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The Call by Robert Westall (1989) The Red Room by H G Wells (1896) Write how each of the storytellers describes their experiences. Which do you think is the more successful ghost story?

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GCSE Wide Reading Coursework The Call by Robert Westall (1989) The Red Room by H G Wells (1896) Task: Write how each of the storytellers describes their experiences. Which do you think is the more successful ghost story? The Call by Robert Westall and The Red Room by H G Wells can both be described simply as ghost stories but the style of writing and the content of the stories themselves are quite different. Most ghost stories, I think, can be described as creepy and possibly scary. However, the atmosphere and tension in a good ghost story builds slowly until the reader is so involved that he feels quite jumpy himself. The Call and The Red Room both develop this feeling of tension but both do so slightly differently and one more successfully than the other. The stories are from different centuries. The Red Room is from the 19th century. The Call is from the 20th century. Both short stories are similar and different in some way. They both create tension and suspense but both are told from different perspectives. These stories are written in a different narrative. The Call is written in the 3rd person narrative while The Red Room is written in the 1st person. ...read more.


They are not given names but each time they are mentioned, they are described differently, emphasising their extreme age and disability. 'The man with the withered arm, the old woman and a second old man, more bent, more wrinkled, more aged even than the first.' 'They were all close together, dark against the firelight, staring at me over their shoulders, with an intent expression on their ancient faces.' 'They seemed to belong to another age, an older age, an age when things spiritual were different from this of ours.' 'Their very existence was spectral.' 'Three old and distorted people'. The characters in The Call, Meg and Geoff, are quite different. Although the characters are not very developed they seem like a fairly normal, young, married couple, 'Meg and Geoff Charlesworth. Just married. No kids.' We do not see Meg's true personality for very long in the story as the ghost calls her and puts her into some sort of trance. 'She didn't respond. She seemed frozen, just listening.' Geoff is calm throughout, even when his wife, Meg, is put in a trance by the ghost. He believes the duty manager, Tom Brett, who is quickly described as 'brisk and cheerful', that there couldn't possibly be a ghost. ...read more.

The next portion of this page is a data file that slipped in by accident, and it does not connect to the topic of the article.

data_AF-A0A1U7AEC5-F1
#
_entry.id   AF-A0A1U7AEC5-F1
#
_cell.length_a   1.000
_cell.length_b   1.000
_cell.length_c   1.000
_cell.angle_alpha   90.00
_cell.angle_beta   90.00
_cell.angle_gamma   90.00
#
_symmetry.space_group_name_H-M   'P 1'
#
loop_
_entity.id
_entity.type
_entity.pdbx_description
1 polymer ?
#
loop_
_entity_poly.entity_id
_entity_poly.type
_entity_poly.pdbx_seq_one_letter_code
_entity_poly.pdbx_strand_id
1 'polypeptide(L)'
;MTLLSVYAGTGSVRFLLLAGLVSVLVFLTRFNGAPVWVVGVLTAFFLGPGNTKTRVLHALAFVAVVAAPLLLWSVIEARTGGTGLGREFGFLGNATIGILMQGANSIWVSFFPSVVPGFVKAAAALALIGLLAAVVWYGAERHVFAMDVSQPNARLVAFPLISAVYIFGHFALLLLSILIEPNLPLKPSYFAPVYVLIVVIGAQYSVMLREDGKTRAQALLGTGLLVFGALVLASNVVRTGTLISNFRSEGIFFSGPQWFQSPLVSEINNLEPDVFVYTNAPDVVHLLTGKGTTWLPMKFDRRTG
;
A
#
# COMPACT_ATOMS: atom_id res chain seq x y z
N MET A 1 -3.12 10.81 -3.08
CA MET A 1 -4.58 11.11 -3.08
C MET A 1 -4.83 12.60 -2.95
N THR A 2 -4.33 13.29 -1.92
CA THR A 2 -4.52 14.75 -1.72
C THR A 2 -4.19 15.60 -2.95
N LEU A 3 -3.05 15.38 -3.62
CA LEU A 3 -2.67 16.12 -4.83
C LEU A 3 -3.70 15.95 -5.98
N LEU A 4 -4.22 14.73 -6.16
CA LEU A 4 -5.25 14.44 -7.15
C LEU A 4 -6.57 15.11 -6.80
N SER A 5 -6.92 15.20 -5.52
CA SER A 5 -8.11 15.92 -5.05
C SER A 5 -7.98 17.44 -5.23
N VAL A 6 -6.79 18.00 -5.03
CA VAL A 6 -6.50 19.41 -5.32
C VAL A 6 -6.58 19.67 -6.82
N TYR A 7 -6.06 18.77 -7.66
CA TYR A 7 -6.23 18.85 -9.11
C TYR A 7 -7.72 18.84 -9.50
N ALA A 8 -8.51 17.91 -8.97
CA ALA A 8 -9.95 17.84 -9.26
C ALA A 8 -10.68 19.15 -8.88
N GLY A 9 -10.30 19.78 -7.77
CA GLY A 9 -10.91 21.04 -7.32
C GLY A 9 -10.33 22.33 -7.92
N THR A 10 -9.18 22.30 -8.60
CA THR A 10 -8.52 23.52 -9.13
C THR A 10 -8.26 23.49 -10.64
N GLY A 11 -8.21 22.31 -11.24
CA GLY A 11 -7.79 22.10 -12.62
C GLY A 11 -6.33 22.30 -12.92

Another reference to "the call", not just from the ghost, but also from the river. The river calls again even later in the story, 'in an evil way, it called to Geoff'. In The Call everything is fully explained, in so much as a ghost story can be explained and finally resolved. The ending ties up all the loose ends; Meg and Geoff recover and carry on as Samaritans. Harry Lancaster dies but seems to have sorted out the problem of the ghost somehow for she does not phone the following Christmas Eve. I liked the fact that the mystery was solved in The Call and I also liked it because of its use of modern language which made it easier to enjoy and understand. I thought The Red Room was quite gripping and exciting, especially during the last scene in the room. The fact that the mystery of the castle was not fully explained at the end of the tale adds to its interest. It is not a 'tangible ghost' at the end of this story but an extreme emotion of fear. Both stories generated excitement in their own ways. Receiving a phone call from a ghost was quite a good idea. Ending a ghost story, as in The Red Room, so dramatically and without a ghost was a very clever idea. ...read more.

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